AS the countdown to New Year's Eve celebrations begin, the Alcohol and Drug Foundation is encouraging Australians to plan ahead and follow some simple steps to help make a healthier and safer start to 2020.
ADF chief executive Dr Erin Lalor said bringing in the new year should be enjoyable and safe for everyone but risky alcohol and other drug consumption increased the chance of accidents, injuries and violence.
"We want everyone to have a happy, healthy and safe start to the new decade," she said.
"People celebrating can do some really easy things to help prevent or reduce the risk of alcohol and other drug related harms.
The ADF's top tips for people planning on drinking alcohol over the new year period include:
- Avoid driving and swimming. If you are consuming alcohol, the safest option is not to swim or drive. If you are heading out, assign a designated driver or pre-organise alternative transport home.
- Set a drinking limit and stick to it. The National Health and Medical Research Council recommends drinking no more than four standard alcoholic drinks on a single occasion to avoid injury or illness. Avoid drinking in rounds and don't let others top up your glass, as you may lose track of how many drinks you've had.
- Keep hydrated and stay out of the sun. Drink water or other non-alcoholic beverages between alcoholic drinks. If you are drinking alcohol in the daytime remember to use lots of sunscreen and keep in the shade as drinking can increase your risk of sunburn.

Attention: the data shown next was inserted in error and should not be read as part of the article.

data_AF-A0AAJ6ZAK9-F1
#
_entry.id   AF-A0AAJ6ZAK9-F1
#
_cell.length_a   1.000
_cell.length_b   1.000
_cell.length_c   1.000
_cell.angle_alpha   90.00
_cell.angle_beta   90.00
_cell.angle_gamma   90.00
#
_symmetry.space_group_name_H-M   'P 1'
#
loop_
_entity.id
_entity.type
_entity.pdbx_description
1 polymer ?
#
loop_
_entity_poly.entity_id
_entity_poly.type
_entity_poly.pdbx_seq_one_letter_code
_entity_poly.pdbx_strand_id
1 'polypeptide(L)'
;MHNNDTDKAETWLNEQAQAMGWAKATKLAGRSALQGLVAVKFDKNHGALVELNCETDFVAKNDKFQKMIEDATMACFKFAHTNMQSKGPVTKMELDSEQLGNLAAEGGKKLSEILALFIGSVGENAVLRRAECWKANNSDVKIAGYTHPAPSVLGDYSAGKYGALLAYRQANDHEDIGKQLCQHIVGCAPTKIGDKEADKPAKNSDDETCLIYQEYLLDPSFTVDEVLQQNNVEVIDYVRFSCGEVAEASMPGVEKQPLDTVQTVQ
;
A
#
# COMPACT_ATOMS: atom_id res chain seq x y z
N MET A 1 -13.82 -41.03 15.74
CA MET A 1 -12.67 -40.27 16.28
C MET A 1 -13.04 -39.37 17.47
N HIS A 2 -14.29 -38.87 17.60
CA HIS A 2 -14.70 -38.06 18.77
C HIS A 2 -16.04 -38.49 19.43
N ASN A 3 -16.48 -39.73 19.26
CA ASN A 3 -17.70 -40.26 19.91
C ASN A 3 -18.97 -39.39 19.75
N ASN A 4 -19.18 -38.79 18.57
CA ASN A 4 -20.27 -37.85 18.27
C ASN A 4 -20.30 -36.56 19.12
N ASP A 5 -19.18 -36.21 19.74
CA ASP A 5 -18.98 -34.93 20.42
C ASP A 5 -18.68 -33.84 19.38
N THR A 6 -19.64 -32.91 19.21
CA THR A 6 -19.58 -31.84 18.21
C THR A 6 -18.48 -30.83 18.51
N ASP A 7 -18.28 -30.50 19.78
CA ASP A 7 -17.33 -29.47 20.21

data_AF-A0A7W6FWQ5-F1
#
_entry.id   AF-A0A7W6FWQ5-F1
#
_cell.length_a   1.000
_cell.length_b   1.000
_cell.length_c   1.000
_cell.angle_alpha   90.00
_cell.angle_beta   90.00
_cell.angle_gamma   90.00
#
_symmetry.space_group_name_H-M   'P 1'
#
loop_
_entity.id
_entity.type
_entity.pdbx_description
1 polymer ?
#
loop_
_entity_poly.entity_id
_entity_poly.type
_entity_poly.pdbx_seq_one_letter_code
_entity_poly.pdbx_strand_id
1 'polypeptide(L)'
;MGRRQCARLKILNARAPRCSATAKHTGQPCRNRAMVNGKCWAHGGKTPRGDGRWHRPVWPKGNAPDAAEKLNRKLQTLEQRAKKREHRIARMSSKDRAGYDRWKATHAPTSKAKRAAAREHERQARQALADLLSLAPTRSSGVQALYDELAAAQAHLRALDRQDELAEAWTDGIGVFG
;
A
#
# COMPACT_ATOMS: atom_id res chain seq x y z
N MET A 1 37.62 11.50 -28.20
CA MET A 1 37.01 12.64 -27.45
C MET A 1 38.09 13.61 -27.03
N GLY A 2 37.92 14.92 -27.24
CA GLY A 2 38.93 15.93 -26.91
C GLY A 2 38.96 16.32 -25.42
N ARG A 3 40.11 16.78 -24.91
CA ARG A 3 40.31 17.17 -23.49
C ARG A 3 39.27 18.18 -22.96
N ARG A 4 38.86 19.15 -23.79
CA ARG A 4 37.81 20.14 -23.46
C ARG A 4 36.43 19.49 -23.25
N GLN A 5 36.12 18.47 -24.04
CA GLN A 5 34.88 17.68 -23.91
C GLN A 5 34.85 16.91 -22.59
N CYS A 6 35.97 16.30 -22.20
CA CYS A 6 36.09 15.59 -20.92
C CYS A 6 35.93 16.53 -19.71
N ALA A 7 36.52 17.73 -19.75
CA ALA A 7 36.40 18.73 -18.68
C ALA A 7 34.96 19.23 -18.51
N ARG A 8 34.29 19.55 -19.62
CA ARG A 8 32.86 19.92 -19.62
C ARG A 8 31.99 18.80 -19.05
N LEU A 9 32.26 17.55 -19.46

- Don't drink alcohol on an empty stomach. Eat food before and while drinking to slow the absorption of alcohol in your body.
- Get up and move. Occupy yourself to help reduce the amount of alcohol you consume, for example: play pool, sing karaoke or hit the dance floor.
If you are planning on using illicit drugs, remember there is no safe level of drug use. The Alcohol and Drug Foundation advice includes:
- Get the facts before consuming. Find out as much as you can about the drug you are intending to take. Check the drug facts page on the ADF website at adf.org.au or use their "Text the Effects" service by simply texting the name of a drug to 0439 835 563.
- Start small. Avoid taking large amounts of any drug. Have a test amount first and wait two hours before taking more. This is to see if you experience any adverse side effects and help you understand how strong the drug is.
- Stick with your mates. Avoid using drugs alone. If you have an adverse reaction, you want someone around to help. Drugs can also prevent you from thinking clearly so it's important to stay with people you trust to help avoid risky situations.
- Don't mix drugs. Taking different drugs at the same time, including alcohol, prescription medicine and over-the-counter drugs, can have unpredictable effects and increases the risk of accidents, injury and overdose.
- Avoid swimming or driving. Just like alcohol, illicit drugs can affect your reflexes, response times and judgement, so the safest option is not to drive or swim. This includes when you are coming down from drugs, as some substances can take a while to leave your system.
Dr Lalor also said it was extremely important for people to call triple zero in an emergency.
"Calling triple zero in an emergency could be the difference between life and death," she said.
"It doesn't mean police have to be involved."
More safe celebration tips, drug information and support can be found on the ADF website.
Alternatively, call the ADF Drug Info line on 1300 85 85 84. The confidential service provides drug information and puts people in touch with relevant support and health services in their state or territory.